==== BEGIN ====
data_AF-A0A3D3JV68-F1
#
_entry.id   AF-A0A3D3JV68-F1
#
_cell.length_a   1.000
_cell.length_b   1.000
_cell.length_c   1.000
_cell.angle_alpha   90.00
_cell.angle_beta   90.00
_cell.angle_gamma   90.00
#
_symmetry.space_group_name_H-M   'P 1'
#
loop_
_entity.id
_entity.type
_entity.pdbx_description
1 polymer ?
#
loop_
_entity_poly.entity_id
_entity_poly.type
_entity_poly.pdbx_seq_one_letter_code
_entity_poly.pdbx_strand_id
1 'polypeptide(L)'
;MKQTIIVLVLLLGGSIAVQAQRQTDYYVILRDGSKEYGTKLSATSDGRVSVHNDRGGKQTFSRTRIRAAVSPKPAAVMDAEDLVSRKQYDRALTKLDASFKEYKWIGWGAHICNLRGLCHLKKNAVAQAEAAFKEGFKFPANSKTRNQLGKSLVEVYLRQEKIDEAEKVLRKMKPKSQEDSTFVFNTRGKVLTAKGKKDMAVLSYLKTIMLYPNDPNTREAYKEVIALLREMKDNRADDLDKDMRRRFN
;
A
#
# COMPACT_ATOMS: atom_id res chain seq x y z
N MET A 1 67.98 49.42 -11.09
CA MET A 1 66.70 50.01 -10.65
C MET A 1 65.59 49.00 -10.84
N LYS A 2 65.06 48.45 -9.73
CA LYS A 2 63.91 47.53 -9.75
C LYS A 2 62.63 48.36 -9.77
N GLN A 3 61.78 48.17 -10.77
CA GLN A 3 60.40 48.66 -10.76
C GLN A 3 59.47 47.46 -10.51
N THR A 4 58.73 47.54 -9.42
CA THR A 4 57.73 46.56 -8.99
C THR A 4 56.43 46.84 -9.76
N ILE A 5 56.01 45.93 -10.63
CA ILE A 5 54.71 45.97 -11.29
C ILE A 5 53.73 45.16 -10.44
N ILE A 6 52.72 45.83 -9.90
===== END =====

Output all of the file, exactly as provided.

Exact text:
data_AF-A0A3D3JV68-F1
#
_entry.id   AF-A0A3D3JV68-F1
#
_cell.length_a   1.000
_cell.length_b   1.000
_cell.length_c   1.000
_cell.angle_alpha   90.00
_cell.angle_beta   90.00
_cell.angle_gamma   90.00
#
_symmetry.space_group_name_H-M   'P 1'
#
loop_
_entity.id
_entity.type
_entity.pdbx_description
1 polymer ?
#
loop_
_entity_poly.entity_id
_entity_poly.type
_entity_poly.pdbx_seq_one_letter_code
_entity_poly.pdbx_strand_id
1 'polypeptide(L)'
;MKQTIIVLVLLLGGSIAVQAQRQTDYYVILRDGSKEYGTKLSATSDGRVSVHNDRGGKQTFSRTRIRAAVSPKPAAVMDAEDLVSRKQYDRALTKLDASFKEYKWIGWGAHICNLRGLCHLKKNAVAQAEAAFKEGFKFPANSKTRNQLGKSLVEVYLRQEKIDEAEKVLRKMKPKSQEDSTFVFNTRGKVLTAKGKKDMAVLSYLKTIMLYPNDPNTREAYKEVIALLREMKDNRADDLDKDMRRRFN
;
A
#
# COMPACT_ATOMS: atom_id res chain seq x y z
N MET A 1 67.98 49.42 -11.09
CA MET A 1 66.70 50.01 -10.65
C MET A 1 65.59 49.00 -10.84
N LYS A 2 65.06 48.45 -9.73
CA LYS A 2 63.91 47.53 -9.75
C LYS A 2 62.63 48.36 -9.77
N GLN A 3 61.78 48.17 -10.77
CA GLN A 3 60.40 48.66 -10.76
C GLN A 3 59.47 47.46 -10.51
N THR A 4 58.73 47.54 -9.42
CA THR A 4 57.73 46.56 -8.99
C THR A 4 56.43 46.84 -9.76
N ILE A 5 56.01 45.93 -10.63
CA ILE A 5 54.71 45.97 -11.29
C ILE A 5 53.73 45.16 -10.44
N ILE A 6 52.72 45.83 -9.90